Dec 16, 2016

A new perspective of our planet

By Benazir Wehelie, Special to CNN. October 16, 2016

Estimated Article Reading Time: 2 min.

(CNN)On Christmas Eve in 1968, Apollo 8 made the first manned mission to the moon. Live broadcasting from the spacecraft was the three-man crew of Frank Borman, Jim Lovell and William Anders, and it was on that day that their journey led them to an unexpected sight. “Oh my God, look at that picture over there!” Anders said at the time. “There’s the Earth comin’ up. Wow, is that pretty!”

About 45 years after Anders snapped his one-of-a-kind “Earthrise” photograph — showing us our marble-like planet rising from behind the moon — a man named Benjamin Grant would see an unexpected sight as well.
On December 14, 2013, Grant was preparing a talk about satellites for the space club he set up at his workplace. He went on a mapping program and searched for some images. On a whim, he typed in “Earth,” hoping to find a picture of the entire planet. But unlike the Apollo 8 crew, Grant’s one-man mission led him not to Earth, but to Earth, Texas.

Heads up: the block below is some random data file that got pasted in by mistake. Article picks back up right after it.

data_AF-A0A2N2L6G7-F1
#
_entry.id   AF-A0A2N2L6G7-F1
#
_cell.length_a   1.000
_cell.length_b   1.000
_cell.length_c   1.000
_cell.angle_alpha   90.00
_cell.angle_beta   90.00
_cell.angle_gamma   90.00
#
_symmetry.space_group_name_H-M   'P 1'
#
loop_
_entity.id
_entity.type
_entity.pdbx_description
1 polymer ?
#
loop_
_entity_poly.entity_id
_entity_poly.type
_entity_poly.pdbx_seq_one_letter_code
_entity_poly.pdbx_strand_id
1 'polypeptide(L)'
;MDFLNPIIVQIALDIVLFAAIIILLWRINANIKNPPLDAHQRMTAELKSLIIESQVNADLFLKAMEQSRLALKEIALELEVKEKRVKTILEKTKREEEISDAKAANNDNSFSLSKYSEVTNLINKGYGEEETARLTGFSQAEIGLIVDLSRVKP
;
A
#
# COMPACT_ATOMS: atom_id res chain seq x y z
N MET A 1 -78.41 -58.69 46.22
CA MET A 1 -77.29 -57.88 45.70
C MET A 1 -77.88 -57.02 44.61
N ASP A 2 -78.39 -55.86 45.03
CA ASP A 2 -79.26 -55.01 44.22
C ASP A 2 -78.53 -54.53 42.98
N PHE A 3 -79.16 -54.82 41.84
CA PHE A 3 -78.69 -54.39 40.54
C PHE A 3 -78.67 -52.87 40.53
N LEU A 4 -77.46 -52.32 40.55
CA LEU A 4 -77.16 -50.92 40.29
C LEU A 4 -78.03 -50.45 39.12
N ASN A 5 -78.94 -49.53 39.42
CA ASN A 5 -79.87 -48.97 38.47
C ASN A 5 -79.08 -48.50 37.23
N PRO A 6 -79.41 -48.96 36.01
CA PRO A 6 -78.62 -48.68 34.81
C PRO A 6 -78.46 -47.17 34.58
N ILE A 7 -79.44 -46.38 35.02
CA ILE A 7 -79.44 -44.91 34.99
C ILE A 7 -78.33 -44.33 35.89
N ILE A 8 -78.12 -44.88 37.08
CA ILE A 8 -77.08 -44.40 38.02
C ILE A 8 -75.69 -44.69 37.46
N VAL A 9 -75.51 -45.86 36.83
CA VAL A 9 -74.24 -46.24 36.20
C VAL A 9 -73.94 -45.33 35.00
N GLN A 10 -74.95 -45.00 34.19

“What I saw when I clicked ‘Enter’ was one of the most amazing things I’ve ever seen,” Grant said, adding that his screen filled up with a bunch of circles. “I am huge fan of abstract art and art history and I had never seen anything like that before. But it was beautiful and it was stunning and I had no idea what I was seeing.”

Turns out, those circular hues of green and brown were rows of rotating sprinklers used for a type of agricultural farming known as pivot irrigation.
“I soon enough became obsessed with looking for these new patterns, these new stories to tell using this perspective,” Grant said.
Grant’s upcoming book, “Overview: A New Perspective of Earth,” contains more than 200 satellite images, showing us that within the blues and greens and whites of the Earth exists a kaleidoscope of colors and places.

“Overview” stems from the “Overview Effect,” a term coined by science writer Frank White. It refers to the sort of shift in perspective that various astronauts and cosmonauts have said they experienced during spaceflight, such as when they view Earth while in orbit.
“That idea was very much on my mind and very inspirational for me, which really is the reason I typed in ‘Earth’ into the search bar in the first place,” Grant said. “That idea of inspiring this new perspective or showing people the planet in a way they’ve never seen before has been at the core of the project from the very beginning, and is really what I hope to inspire with the book and with the work that I’m doing.”
Grant uses satellite imagery from DigitalGlobe, and every creation in “Overview” has been stitched together using various tiles of satellite imagery. One of the major considerations when deciding what to create has to do with aesthetic appeal.

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